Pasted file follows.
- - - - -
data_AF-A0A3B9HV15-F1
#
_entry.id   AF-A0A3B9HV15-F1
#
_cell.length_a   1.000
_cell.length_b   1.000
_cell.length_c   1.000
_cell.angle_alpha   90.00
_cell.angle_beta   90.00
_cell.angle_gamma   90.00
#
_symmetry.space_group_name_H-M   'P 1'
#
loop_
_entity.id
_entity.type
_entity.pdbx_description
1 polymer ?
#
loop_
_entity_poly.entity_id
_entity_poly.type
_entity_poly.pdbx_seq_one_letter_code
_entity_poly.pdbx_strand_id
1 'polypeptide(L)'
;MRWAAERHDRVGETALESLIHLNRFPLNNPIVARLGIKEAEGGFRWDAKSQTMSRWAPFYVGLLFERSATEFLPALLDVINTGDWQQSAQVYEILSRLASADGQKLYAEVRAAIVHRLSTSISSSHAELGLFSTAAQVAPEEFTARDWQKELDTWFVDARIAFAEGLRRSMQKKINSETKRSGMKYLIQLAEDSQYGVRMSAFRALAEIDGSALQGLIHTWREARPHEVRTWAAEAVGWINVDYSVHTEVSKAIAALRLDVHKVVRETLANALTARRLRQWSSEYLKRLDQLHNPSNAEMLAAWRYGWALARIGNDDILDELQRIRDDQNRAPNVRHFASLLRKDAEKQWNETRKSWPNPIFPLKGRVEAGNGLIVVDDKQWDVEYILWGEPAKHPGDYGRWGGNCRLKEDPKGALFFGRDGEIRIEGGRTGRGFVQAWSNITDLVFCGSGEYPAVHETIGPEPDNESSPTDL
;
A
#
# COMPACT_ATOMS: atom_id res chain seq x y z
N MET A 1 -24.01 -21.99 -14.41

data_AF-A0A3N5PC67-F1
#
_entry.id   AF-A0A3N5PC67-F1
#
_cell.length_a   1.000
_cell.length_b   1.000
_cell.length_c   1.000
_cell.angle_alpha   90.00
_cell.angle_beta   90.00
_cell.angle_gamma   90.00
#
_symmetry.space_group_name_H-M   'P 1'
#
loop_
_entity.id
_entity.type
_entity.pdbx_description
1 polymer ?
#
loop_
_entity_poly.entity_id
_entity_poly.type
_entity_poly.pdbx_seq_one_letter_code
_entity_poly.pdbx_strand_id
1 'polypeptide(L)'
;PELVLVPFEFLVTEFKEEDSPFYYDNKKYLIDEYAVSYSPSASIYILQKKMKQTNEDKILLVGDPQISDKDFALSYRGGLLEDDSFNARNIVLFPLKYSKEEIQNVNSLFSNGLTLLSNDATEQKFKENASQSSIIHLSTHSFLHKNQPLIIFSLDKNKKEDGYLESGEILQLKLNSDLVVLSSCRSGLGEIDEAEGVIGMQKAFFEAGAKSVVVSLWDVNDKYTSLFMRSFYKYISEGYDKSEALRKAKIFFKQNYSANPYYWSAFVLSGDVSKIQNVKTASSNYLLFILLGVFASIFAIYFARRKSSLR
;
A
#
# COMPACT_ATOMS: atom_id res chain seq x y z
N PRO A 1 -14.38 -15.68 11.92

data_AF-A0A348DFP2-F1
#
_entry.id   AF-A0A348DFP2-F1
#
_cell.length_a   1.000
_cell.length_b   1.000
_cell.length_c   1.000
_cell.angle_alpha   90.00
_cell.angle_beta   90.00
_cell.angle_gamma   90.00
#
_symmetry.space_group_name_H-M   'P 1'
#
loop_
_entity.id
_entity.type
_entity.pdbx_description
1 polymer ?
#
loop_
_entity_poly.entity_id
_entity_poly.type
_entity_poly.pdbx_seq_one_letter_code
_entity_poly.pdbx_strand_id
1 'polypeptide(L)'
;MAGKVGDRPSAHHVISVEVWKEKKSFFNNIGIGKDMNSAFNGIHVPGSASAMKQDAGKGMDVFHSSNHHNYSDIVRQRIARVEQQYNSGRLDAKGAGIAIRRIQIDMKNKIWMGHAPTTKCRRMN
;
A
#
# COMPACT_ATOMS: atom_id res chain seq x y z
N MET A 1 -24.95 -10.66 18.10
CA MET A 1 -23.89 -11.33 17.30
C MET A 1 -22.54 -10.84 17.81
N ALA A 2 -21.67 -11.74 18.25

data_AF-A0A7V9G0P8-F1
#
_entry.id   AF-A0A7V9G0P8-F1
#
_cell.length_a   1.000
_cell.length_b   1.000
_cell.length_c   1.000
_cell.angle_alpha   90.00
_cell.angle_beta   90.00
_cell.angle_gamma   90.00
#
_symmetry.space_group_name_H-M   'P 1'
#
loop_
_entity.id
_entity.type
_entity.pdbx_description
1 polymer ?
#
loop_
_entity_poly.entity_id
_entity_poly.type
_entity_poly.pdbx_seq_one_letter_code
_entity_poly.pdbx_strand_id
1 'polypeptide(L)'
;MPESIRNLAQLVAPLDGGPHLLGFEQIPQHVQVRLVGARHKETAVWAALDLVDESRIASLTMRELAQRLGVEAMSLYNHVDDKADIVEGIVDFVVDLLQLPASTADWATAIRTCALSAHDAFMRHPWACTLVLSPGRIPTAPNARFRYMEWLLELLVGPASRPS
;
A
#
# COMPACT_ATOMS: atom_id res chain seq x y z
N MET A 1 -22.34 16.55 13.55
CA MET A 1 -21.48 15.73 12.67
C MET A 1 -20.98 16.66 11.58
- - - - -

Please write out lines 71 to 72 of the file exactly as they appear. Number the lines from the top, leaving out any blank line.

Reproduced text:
_cell.angle_beta   90.00
_cell.angle_gamma   90.00